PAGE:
That refers to cases where children are to be placed for adoption with an unmarried couple or with one person who is in fact part of a couple living together as partners in an enduring family relationship. It also covers the processing of those adoption applications.

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As noble Lords have said, the Adoption and Children Act 2002 allows, for the first time, unmarried couples, regardless of their sexual orientation, to apply to adopt a child jointly. However, it has long been possible for a person in an unmarried relationship to apply to adopt as a single person.

Therefore, the Adoption and Children Act does not raise any fundamental new issues, and thus we do not believe that there is any need whatever to make special provision in terms of "conscientious objections" as a result of the change to enable unmarried couples to adopt jointly. Arguably, the key benefit for children of the change in the 2002 Act is that it gives a child adopted by an unmarried couple the permanence and security of having two parents.

Essentially, the proposed new clause raises an employment issue because it relates wholly to the adults concerned. As I suggested in Grand Committee, these matters are being more suitably addressed by the Employment Equality (Religion and Belief) Regulations 2003, which were approved by both Houses of Parliament on 17th June. Those regulations, when made, will prohibit discrimination in employment and vocational training on the grounds of religion or belief.

Local authorities have a clear duty to maintain an adoption service in their area that meets the needs of those who may adopt a child. That includes unmarried couples and individuals who are in fact part of a couple. The proposed new clause would make it more difficult for local authorities to meet their duties and could well lead to delays in the assessment of prospective adopters who are able to meet the needs of the children waiting for adoption. The Government believe that it is unacceptable to risk vulnerable children losing out on the chance of, or experiencing delays in, finding a new family.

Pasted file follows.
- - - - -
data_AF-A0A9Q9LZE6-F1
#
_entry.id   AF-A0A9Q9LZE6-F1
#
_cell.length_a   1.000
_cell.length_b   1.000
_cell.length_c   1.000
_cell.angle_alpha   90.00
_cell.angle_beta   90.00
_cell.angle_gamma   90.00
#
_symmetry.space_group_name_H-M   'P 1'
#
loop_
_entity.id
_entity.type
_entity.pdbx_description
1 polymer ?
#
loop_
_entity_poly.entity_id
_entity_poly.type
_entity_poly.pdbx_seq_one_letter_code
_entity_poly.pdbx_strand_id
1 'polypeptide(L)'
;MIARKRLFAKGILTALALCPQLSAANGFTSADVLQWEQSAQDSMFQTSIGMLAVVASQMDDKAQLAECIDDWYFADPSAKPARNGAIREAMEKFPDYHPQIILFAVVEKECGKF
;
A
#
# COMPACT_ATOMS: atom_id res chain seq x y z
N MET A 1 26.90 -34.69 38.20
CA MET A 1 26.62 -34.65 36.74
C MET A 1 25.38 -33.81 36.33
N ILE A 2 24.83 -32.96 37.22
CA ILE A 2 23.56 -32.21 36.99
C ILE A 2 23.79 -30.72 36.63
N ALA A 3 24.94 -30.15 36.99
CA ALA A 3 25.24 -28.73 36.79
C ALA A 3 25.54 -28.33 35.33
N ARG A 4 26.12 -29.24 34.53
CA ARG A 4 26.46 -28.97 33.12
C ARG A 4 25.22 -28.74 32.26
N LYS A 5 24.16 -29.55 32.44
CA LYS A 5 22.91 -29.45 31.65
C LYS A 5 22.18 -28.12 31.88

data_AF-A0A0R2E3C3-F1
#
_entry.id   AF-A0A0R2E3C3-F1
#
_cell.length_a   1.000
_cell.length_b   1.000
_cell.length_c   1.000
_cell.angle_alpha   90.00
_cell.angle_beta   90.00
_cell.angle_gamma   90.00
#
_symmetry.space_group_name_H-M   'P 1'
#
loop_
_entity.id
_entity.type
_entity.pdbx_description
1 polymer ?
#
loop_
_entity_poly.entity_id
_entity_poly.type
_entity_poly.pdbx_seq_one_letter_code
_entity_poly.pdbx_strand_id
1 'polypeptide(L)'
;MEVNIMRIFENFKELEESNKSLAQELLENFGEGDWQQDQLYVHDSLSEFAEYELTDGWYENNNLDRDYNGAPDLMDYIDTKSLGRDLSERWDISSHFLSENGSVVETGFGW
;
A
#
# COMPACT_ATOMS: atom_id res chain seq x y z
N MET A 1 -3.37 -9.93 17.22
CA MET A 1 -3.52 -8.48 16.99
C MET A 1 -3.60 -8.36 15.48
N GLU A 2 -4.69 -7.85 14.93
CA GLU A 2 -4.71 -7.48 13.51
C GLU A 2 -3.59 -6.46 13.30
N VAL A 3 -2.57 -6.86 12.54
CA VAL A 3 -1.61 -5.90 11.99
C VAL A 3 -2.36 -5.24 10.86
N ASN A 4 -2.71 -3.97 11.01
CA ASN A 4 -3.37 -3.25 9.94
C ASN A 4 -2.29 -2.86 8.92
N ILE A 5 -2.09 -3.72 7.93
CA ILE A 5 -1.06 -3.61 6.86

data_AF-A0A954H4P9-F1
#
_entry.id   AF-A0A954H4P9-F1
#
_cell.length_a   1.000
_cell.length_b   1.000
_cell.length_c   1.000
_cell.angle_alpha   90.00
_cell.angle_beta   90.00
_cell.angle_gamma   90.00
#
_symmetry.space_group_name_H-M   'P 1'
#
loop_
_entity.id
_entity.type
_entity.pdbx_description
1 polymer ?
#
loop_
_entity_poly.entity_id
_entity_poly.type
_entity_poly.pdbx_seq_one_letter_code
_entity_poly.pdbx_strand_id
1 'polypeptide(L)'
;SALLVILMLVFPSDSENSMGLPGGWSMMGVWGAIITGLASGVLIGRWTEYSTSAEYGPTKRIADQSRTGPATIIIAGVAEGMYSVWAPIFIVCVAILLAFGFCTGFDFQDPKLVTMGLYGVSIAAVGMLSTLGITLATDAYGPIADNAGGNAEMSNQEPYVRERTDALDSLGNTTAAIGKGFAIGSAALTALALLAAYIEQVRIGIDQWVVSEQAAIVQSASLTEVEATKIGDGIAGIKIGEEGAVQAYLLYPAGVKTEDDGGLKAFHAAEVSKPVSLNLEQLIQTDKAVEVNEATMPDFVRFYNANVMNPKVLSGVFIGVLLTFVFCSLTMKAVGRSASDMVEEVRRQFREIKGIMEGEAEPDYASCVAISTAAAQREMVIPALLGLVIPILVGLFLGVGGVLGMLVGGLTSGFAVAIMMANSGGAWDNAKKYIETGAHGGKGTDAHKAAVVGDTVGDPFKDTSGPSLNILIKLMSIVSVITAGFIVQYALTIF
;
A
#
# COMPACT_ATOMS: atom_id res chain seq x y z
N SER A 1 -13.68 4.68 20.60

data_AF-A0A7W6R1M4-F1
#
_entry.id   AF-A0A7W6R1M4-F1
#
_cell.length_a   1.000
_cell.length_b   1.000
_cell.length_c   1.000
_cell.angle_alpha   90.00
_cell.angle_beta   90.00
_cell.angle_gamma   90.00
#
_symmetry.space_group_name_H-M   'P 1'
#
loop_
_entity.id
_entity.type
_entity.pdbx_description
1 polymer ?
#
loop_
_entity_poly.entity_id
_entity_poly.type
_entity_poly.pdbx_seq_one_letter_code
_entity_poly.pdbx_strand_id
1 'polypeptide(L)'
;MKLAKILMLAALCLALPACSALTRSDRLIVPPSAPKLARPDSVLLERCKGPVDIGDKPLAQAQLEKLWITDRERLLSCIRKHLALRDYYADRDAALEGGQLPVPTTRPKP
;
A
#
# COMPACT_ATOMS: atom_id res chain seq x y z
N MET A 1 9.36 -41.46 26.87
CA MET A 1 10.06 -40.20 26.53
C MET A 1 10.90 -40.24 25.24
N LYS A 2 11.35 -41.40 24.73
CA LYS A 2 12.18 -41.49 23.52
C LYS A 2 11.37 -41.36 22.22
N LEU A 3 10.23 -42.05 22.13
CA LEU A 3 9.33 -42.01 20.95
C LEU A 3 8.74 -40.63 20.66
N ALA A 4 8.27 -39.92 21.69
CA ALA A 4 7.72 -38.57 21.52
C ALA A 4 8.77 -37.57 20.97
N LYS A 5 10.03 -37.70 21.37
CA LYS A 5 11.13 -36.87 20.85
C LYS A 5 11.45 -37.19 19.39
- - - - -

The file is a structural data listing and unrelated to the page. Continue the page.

The comparison drawn at the Grand Committee stage with conscientious objection to abortion is wholly unhelpful in that conscientious objection to participating in an abortion procedure often raises strong ethical issues around the sanctity of life, whereas objecting to non-married couples adopting is a matter of judgmental attitudes towards other people's lifestyles and personal choices, which, in the current times, seems entirely inappropriate. Therefore, I invite the noble Baroness, on her own behalf and on that of the right reverend Prelate, to withdraw the amendment.

Baroness Blatch: My Lords, I am grateful for the full answer given by the Minister. My amendment does not cut across what Parliament has decided. Parliament has made a decision, and that is that. In the case of abortion, Parliament decided; and in the case of religious education, Parliament decided. No doctor loses his job simply because he will not take part in the abortion process, and no teacher loses his job if he will

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not take a religious assembly. Therefore, why should a social worker lose his job simply because he has a conscientious belief that children should be placed with a married couple?

The issue is simple: it is whether a professional should be refused employment on the ground of his conscientious belief. He is not imposing that belief on anyone else; he is simply saying that he does not wish to do something. He is not even arguing against the legislation—the legislation is what the legislation is.

But the logical conclusion that I draw from all that has been said in the debate is that, frankly, a professional who wishes to be involved in the adoption processes for all the right reasons—that is, because he believes it is in the interests of the child—should be refused employment if he cannot accept that children should be placed in families other than those where the parents are married. That is the logic and, if the Government are really honest, that is the law that they should pass if that is what they mean. However, I should prefer to fight for Dawn Jackson and Nora Ellis, who have been hounded out of their jobs on those grounds. I consider that to be objectionable. I beg leave to withdraw the amendment.

Amendment, by leave, withdrawn.

Lord Bassam of Brighton: My Lords, this may be a convenient moment to move that consideration on Report be adjourned until after Starred Questions.

Moved accordingly, and, on Question, Motion agreed to.